A comparison with 2018 reveals that the largest absolute increases in the number of citizens being ordered to leave the EU-27 were recorded for citizens of Syria (7 000 more), Georgia (6 800 more), Ukraine (4 800 more), Afghanistan (3 300 more) and Algeria (also 3 300 more), while the largest absolute decreases in non-EU citizens being ordered to leave were recorded for citizens of Mali (5 500 fewer), Guinea (5 300 fewer) and Iraq (3 100 fewer).
Returns of non-EU citizens
In 2019, 142 300 non-EU citizens were returned outside of the EU-27
In 2019, 142 300 non-EU citizens who had been issued with an order to leave an EU Member State were returned to non-member countries. As such, this marked a decrease of 2.5 % compared with a year before when there had been 145 900 non-EU citizens returned to a non-EU Member State. However, there were generally modest changes observed over the last 10 years, as the number of non-EU citizens returned ranged from a low of 122 500 returns outside the EU in 2011 to a relative peak (for the time series presented) of 192 500 in 2016 (see Figure 1).
In 2019, Ukrainians (27 200) topped the list of non-EU citizens returned to a non-EU country (see Figure 5), with Albanians (15 400), Moroccans (10 200) and Georgians (8 600) some way behind in second, third and fourth places. The first three of these four had figured in the same place within the list in 2018, while Georgia moved up from fifth to fourth: the number of Georgians returned outside the EU increased strongly (up 35.0 %) while the number of Iraqis returned outside the EU fell 21.7 % (moving Iraq from fourth place in 2018 to seventh in 2019).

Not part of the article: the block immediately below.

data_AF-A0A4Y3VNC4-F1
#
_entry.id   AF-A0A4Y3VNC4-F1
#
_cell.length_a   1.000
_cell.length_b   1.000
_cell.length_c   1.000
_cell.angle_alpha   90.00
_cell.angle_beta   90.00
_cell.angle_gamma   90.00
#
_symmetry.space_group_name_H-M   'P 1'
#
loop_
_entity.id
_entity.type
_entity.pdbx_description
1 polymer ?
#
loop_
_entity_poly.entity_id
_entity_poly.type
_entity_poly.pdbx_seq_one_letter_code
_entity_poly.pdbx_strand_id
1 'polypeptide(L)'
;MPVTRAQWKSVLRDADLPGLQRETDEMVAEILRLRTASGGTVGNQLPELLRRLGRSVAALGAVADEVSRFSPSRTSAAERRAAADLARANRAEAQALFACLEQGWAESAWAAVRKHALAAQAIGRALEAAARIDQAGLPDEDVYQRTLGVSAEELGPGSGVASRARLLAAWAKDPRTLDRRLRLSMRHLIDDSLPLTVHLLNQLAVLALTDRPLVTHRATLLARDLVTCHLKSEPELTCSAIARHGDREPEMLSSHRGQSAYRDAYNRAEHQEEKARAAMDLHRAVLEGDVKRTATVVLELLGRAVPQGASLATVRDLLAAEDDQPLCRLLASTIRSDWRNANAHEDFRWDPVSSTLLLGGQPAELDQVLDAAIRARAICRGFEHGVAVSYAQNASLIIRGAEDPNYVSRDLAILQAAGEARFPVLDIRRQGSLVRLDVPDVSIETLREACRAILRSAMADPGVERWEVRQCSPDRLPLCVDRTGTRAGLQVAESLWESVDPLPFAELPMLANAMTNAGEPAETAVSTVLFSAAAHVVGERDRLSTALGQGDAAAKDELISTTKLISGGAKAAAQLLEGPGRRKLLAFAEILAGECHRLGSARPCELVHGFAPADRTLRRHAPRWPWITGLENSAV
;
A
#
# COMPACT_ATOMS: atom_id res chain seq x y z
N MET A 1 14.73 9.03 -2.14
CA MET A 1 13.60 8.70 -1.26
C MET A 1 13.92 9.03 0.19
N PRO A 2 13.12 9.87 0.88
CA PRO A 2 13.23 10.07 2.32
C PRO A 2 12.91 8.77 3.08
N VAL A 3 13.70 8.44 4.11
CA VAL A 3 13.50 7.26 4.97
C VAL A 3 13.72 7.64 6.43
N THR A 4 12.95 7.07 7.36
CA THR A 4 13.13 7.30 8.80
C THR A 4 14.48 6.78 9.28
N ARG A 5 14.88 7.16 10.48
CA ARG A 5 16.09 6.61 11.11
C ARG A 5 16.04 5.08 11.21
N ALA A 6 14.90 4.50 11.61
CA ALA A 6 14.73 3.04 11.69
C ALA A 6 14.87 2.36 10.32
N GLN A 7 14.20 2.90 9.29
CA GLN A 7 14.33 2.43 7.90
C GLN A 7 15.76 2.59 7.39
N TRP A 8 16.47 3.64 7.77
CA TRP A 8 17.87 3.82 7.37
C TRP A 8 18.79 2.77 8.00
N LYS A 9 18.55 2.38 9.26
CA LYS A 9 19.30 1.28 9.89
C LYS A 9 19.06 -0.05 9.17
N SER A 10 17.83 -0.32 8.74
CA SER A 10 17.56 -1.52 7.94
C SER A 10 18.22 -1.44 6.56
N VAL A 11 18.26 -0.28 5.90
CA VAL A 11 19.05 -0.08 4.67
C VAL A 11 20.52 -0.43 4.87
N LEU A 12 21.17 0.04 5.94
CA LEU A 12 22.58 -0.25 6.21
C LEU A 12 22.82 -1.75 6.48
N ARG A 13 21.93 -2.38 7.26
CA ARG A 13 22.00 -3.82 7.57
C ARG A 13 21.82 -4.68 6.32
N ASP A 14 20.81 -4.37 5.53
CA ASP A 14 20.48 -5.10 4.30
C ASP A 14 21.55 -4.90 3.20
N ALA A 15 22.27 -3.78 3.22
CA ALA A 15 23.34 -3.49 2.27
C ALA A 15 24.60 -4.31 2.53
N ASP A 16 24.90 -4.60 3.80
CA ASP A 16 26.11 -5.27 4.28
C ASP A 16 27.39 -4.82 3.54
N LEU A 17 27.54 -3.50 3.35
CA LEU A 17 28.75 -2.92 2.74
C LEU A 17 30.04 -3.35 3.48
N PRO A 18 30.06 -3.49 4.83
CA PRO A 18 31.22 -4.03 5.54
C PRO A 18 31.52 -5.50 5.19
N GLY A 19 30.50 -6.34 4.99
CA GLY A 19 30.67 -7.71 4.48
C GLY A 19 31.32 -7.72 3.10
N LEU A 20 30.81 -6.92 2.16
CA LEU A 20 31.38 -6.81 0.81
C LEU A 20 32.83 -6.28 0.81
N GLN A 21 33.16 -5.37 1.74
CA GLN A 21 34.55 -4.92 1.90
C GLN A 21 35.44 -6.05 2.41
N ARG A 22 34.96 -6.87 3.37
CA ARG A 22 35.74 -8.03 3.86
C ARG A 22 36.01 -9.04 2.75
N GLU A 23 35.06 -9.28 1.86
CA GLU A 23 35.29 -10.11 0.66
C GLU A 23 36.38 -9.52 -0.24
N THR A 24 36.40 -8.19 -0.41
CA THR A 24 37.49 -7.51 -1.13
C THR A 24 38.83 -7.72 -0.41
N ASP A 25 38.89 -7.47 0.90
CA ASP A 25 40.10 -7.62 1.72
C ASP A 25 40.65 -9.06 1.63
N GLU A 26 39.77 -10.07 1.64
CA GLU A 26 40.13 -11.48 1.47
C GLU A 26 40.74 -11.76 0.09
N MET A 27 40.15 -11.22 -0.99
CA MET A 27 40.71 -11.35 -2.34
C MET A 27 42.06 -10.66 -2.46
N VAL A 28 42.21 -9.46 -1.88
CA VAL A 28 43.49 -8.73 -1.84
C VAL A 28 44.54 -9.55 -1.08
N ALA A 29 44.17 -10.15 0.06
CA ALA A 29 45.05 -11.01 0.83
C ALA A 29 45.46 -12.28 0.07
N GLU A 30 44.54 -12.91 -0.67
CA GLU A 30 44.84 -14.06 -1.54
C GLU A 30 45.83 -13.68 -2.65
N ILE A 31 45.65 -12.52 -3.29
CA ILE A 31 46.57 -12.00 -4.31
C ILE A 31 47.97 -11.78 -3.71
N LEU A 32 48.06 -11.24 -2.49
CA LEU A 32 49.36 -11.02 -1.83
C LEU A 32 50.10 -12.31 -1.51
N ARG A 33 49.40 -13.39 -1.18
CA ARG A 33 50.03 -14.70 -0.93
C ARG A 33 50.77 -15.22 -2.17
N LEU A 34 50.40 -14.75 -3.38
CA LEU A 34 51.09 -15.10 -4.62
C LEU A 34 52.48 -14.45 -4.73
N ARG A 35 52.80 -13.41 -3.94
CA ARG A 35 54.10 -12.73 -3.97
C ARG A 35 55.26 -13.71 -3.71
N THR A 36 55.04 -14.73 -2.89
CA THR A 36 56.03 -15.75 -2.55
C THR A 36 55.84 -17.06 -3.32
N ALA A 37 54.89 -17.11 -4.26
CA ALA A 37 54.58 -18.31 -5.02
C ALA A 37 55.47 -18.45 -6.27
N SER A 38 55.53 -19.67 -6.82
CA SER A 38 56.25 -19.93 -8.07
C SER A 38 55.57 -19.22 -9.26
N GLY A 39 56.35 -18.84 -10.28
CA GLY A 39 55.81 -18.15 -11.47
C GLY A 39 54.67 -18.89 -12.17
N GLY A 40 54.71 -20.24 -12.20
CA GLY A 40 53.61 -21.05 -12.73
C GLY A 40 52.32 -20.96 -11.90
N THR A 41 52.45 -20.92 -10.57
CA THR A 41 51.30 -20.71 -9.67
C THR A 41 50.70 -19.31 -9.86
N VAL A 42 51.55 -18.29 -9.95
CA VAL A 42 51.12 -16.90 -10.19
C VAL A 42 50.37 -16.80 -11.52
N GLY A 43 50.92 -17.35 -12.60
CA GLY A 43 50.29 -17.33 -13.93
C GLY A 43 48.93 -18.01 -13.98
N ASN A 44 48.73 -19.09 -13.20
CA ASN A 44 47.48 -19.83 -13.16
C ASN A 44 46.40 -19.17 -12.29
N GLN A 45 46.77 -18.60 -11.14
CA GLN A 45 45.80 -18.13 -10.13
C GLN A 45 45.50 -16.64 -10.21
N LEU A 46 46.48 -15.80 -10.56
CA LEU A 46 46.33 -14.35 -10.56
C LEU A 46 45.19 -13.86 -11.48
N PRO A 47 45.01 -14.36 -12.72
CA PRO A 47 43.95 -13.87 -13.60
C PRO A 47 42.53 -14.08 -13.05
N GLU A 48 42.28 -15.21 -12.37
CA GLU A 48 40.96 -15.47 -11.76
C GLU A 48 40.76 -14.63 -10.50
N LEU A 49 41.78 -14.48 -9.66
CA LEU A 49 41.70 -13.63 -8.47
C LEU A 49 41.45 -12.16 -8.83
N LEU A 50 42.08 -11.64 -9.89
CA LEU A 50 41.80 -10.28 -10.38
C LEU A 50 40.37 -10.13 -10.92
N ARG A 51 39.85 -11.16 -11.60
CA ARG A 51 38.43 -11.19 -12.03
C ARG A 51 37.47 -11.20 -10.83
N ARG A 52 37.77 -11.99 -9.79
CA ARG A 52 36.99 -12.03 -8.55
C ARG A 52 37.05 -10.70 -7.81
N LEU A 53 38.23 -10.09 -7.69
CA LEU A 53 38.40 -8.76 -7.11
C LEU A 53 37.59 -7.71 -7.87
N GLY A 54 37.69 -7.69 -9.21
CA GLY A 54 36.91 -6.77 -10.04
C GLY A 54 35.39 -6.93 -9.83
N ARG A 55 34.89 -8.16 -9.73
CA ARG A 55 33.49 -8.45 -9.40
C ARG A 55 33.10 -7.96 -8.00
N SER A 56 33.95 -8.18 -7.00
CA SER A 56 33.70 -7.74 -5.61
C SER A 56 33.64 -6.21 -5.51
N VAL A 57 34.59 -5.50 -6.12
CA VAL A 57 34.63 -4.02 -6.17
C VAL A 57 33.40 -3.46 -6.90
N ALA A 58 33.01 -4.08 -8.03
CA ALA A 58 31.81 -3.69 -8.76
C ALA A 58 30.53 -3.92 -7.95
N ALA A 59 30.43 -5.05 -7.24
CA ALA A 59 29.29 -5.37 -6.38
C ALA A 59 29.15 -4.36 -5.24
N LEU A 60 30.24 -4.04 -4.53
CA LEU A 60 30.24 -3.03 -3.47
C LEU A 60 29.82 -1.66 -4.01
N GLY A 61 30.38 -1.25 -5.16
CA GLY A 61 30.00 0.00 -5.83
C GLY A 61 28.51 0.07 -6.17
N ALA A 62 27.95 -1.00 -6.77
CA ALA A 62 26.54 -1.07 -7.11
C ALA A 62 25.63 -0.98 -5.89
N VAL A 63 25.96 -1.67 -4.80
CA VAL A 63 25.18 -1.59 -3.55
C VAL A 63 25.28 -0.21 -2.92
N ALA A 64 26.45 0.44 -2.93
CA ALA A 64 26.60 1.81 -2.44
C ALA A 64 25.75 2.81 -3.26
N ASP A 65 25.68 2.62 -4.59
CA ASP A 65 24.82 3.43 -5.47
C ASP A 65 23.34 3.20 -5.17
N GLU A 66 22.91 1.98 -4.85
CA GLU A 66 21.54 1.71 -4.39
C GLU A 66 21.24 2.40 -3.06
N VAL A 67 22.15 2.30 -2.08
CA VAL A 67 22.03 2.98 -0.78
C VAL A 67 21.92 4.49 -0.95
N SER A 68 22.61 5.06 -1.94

A comparison between 2018 and 2019 shows the largest absolute increase in the total number of citizens returned (among the selected countries) was for citizens of Georgia (2 200 more), while the largest decreases were for citizens of Albania (3 400 fewer) and Iraq (1 500 fewer) — see Figure 5.
Types of returns and assistance received